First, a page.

Is Intoxication A Legal Defense To A Crime In Florida?
When people are intoxicated by alcohol or drugs, they do not always make the best decisions. Sometimes, people may even act in certain ways that result in criminal charges. Intoxication can greatly affect a person’s memory as well and so once they are no longer under the influence, they do not know why they are being charged. The impact on a person’s memory often has them wondering if intoxication can be used as a defense against criminal charges in Florida. As with so many legal issues, the answer is that it depends on the facts of a specific case. Below, our Tampa criminal defense attorney explains more.
The Law on Voluntary Intoxication in Florida
Voluntary intoxication occurs when a person knowingly and willingly consumes alcohol or drugs. At one time, voluntary intoxication was a valid defense in Florida, but that is no longer the case. In 1999, legislators in Florida changed the law so a person cannot use voluntary intoxication as a defense. When someone willingly becomes intoxicated and commits a criminal act, they can be held responsible for it and may face harsh penalties.
It is important to note, though, that being charged with a crime does not mean you will necessarily be convicted of it. Even if you do not remember what happened, a Tampa criminal defense attorney can still review the facts of your case and develop a strong strategy to help you beat the charges.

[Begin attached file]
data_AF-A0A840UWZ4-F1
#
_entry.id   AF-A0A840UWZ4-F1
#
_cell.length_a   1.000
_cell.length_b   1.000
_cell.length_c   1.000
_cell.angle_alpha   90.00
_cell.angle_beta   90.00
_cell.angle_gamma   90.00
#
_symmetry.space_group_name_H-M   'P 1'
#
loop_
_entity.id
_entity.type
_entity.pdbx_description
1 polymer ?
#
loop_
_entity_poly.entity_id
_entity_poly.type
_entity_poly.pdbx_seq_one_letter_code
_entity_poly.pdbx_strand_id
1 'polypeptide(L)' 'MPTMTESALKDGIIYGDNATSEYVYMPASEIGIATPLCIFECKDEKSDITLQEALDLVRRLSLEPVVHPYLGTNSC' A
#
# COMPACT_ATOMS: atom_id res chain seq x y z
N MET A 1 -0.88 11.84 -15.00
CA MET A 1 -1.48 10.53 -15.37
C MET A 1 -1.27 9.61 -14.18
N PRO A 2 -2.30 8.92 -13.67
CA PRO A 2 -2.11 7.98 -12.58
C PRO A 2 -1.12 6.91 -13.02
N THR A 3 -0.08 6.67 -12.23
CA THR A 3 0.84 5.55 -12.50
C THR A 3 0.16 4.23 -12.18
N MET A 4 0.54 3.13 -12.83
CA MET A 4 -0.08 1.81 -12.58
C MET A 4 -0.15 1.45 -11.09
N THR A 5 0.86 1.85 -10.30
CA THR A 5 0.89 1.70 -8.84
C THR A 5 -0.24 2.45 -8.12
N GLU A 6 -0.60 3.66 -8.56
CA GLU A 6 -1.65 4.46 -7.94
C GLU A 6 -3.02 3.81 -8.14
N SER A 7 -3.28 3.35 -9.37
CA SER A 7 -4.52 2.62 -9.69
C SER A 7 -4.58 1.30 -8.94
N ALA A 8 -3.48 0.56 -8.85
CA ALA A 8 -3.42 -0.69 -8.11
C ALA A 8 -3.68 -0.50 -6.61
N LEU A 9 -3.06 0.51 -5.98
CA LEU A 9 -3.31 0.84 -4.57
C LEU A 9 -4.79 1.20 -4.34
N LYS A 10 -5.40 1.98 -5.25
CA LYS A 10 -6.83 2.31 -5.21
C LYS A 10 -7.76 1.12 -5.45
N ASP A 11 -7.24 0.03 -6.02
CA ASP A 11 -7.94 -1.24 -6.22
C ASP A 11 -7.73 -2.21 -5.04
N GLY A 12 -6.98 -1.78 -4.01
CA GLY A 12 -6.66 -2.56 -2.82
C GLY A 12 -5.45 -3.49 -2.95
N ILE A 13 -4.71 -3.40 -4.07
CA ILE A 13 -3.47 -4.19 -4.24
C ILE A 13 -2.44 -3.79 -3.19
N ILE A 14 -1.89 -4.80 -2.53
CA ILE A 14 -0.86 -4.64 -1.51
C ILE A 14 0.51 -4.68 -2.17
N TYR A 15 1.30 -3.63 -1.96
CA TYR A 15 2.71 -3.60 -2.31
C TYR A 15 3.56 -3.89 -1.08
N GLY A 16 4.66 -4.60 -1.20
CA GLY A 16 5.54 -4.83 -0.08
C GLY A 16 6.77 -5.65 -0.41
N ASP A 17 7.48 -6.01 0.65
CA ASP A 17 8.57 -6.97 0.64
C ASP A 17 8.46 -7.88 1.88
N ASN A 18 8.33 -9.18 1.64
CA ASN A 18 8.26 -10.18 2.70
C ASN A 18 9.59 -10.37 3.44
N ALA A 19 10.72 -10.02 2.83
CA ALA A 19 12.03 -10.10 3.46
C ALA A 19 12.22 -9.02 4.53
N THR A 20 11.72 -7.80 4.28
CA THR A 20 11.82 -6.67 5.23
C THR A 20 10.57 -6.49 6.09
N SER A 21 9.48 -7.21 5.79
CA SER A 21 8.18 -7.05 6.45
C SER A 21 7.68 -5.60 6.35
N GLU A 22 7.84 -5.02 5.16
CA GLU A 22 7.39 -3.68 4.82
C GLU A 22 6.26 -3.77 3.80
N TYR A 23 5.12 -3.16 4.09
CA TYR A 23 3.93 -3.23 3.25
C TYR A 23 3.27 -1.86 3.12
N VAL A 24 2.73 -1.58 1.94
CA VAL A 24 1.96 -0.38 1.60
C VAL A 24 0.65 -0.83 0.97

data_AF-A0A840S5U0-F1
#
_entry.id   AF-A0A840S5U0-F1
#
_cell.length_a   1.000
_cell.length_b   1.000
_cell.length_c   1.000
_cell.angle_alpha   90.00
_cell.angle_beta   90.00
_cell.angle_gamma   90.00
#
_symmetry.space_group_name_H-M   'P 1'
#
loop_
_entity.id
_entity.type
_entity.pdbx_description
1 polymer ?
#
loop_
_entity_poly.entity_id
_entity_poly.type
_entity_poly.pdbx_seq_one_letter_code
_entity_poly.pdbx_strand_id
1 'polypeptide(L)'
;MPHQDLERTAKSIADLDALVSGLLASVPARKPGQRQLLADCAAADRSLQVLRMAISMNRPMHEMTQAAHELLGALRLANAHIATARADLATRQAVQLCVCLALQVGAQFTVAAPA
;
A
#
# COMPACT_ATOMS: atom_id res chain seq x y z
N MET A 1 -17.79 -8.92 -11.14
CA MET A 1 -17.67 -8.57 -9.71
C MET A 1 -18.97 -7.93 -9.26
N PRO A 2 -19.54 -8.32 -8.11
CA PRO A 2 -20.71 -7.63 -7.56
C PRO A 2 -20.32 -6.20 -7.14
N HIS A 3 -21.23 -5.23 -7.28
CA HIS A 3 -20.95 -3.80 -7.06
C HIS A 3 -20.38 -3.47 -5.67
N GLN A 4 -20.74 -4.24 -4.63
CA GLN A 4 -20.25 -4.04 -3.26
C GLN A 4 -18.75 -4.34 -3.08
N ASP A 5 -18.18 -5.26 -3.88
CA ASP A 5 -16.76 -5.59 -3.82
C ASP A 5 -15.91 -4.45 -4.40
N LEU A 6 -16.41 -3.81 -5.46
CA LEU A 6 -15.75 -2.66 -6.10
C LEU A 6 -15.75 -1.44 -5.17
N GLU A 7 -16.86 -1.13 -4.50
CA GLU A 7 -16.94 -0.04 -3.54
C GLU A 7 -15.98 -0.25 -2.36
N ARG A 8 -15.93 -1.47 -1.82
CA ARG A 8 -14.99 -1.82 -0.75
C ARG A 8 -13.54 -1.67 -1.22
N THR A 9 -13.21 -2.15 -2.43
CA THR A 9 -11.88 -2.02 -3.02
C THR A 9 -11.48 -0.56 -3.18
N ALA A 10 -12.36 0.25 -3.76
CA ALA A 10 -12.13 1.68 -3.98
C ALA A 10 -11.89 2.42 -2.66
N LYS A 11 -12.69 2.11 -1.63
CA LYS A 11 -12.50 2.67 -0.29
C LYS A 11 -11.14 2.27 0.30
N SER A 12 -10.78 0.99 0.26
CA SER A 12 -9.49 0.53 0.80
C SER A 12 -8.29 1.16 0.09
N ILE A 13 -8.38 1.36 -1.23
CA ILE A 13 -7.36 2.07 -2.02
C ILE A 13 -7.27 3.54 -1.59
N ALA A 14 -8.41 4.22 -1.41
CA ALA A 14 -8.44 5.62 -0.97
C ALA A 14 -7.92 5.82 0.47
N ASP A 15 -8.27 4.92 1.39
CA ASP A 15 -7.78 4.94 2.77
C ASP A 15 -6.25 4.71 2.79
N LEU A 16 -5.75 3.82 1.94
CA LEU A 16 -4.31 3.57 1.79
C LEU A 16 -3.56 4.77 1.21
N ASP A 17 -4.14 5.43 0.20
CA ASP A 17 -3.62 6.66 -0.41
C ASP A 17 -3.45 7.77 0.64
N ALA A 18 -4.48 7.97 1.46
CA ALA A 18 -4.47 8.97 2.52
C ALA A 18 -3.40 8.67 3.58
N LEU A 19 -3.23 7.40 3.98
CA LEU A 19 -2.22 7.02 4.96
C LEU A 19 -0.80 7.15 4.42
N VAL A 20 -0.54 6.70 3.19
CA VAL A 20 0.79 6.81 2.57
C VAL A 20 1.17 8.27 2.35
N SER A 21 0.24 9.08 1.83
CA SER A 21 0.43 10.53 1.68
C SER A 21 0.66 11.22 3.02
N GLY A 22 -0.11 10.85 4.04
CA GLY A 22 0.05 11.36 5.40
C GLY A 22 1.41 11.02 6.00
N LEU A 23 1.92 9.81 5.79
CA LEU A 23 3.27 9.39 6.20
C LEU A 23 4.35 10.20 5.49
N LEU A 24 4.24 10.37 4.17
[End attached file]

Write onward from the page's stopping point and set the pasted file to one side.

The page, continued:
The Law on Involuntary Intoxication in Florida
Although voluntary intoxication cannot be used as a defense against criminal charges, the same is not true for involuntary intoxication. Involuntary intoxication occurs when a person does not willingly consume alcohol or drugs but they become intoxicated anyway. If the person then commits a crime, they can then use involuntary intoxication as a defense.
The most common example of involuntary intoxication is when one person slips a drug into another person’s drink without their knowledge. A person may think they are drinking something that does not contain illicit substances and become intoxicated as a result. Another example of involuntary intoxication is when a doctor prescribes a medication to someone. If the dosage is incorrect, or the doctor does not warn the person that the drugs could cause intoxication, the medication may cause someone to become involuntarily intoxicated.
Even though involuntary intoxication can be used as a criminal defense, it is still important to speak to an attorney after being charged with an offense. A lawyer will know how to prove involuntary intoxication and use other defenses that can help you beat your charges.
Call Our Criminal Defense Attorneys in Tampa Today
If you were criminally charged after being intoxicated, our Tampa criminal defense attorneys at All Family Law Group, P.A. can assist with your case and build the strong defense you need. Call us now at 813-672-1900 or contact us online to schedule a free consultation with one of our experienced attorneys and to learn more about how we can help.